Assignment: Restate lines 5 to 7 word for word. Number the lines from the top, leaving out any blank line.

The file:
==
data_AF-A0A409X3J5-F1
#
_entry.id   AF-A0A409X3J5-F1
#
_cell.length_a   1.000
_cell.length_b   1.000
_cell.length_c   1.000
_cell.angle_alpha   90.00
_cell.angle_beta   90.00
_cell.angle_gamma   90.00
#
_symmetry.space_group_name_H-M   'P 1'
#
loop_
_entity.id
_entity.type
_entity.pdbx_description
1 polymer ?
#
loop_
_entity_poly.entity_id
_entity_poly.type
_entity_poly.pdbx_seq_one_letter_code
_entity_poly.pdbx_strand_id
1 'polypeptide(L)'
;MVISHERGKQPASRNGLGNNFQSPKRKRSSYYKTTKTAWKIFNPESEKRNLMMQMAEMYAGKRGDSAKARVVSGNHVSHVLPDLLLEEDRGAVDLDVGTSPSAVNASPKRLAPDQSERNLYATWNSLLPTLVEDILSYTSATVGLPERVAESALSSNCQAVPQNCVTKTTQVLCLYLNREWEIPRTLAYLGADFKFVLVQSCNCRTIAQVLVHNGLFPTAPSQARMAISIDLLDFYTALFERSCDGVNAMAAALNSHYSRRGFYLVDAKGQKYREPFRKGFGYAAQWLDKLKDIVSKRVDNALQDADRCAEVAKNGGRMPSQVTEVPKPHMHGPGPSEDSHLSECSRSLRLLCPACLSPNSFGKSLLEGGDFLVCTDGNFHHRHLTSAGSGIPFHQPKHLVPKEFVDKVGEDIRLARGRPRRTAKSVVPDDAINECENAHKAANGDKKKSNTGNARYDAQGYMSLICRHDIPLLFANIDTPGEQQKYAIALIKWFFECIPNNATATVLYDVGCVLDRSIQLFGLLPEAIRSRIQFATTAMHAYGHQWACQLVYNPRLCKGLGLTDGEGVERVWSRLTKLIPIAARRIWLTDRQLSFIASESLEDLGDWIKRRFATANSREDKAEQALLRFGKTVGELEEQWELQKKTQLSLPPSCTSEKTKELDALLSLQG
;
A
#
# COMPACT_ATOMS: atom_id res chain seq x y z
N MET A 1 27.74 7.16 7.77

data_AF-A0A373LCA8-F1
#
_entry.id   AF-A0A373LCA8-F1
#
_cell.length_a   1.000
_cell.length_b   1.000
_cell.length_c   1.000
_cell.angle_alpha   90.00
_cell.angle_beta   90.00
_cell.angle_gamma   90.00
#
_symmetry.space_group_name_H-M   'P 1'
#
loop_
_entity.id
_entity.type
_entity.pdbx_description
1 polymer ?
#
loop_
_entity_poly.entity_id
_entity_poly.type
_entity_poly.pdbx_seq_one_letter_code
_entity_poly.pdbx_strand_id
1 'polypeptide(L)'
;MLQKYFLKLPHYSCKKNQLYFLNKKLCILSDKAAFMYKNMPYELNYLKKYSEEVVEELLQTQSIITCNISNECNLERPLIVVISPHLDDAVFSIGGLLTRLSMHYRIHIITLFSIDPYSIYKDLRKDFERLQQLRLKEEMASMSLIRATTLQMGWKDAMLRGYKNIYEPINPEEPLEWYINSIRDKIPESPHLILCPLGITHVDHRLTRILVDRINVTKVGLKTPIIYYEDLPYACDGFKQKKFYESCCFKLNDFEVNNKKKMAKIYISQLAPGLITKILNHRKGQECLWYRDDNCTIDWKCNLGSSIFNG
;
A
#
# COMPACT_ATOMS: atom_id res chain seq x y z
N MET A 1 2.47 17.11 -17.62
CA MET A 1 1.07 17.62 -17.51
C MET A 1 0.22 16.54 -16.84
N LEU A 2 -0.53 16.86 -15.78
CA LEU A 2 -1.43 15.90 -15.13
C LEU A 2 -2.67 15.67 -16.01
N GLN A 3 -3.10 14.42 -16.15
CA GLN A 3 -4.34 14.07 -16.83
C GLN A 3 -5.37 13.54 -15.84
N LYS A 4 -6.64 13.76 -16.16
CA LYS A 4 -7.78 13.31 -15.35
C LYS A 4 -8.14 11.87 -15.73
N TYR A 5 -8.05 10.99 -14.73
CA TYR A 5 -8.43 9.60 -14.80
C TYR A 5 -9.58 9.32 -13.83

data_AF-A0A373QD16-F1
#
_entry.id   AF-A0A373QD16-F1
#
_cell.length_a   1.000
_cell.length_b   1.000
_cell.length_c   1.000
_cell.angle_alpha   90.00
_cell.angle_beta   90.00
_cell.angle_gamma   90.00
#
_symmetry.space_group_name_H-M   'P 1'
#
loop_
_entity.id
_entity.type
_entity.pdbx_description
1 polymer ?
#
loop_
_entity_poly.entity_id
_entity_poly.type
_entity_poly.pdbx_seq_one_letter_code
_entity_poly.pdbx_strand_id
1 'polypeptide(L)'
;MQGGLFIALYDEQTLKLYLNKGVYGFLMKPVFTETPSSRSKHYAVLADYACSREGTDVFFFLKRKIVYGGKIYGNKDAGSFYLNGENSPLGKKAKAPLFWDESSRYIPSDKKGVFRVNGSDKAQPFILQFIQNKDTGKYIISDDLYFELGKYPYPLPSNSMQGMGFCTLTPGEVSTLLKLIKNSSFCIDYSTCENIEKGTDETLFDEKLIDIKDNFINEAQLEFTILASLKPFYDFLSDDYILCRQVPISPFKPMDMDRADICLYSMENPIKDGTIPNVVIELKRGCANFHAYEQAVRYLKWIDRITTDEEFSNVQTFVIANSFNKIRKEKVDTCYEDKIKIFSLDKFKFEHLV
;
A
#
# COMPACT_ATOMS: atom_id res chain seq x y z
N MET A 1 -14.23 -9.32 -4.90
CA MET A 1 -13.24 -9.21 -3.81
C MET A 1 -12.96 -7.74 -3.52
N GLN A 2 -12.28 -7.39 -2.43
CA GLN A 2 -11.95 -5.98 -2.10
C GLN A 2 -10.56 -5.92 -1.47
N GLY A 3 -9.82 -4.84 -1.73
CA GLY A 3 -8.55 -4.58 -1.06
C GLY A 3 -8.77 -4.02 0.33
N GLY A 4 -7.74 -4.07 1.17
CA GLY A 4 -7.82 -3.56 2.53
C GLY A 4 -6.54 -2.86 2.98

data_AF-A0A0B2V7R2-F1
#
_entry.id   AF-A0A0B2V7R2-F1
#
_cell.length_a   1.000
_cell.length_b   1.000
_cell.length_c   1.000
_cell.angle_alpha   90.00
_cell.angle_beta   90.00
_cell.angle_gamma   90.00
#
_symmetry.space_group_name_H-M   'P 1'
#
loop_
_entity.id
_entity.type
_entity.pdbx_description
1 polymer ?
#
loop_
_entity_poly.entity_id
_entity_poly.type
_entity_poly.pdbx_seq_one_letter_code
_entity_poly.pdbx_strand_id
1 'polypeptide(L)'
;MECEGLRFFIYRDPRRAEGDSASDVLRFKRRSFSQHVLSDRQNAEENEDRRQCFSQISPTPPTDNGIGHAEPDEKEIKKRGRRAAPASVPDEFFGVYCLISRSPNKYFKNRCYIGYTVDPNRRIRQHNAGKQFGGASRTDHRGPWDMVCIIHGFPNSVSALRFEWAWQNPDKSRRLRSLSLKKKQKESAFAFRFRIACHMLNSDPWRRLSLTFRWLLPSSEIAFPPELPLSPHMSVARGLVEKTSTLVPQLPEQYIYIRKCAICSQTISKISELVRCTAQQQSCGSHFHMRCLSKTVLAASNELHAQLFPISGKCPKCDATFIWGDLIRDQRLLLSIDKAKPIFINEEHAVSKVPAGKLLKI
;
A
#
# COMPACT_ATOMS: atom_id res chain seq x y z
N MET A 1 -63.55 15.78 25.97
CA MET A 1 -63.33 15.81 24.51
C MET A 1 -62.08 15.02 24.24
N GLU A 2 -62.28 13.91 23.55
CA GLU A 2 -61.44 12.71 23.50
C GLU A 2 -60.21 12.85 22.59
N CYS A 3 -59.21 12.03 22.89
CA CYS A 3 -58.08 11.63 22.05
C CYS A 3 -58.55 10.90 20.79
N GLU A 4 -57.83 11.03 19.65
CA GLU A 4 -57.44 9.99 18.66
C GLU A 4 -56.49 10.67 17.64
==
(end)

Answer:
_cell.length_a   1.000
_cell.length_b   1.000
_cell.length_c   1.000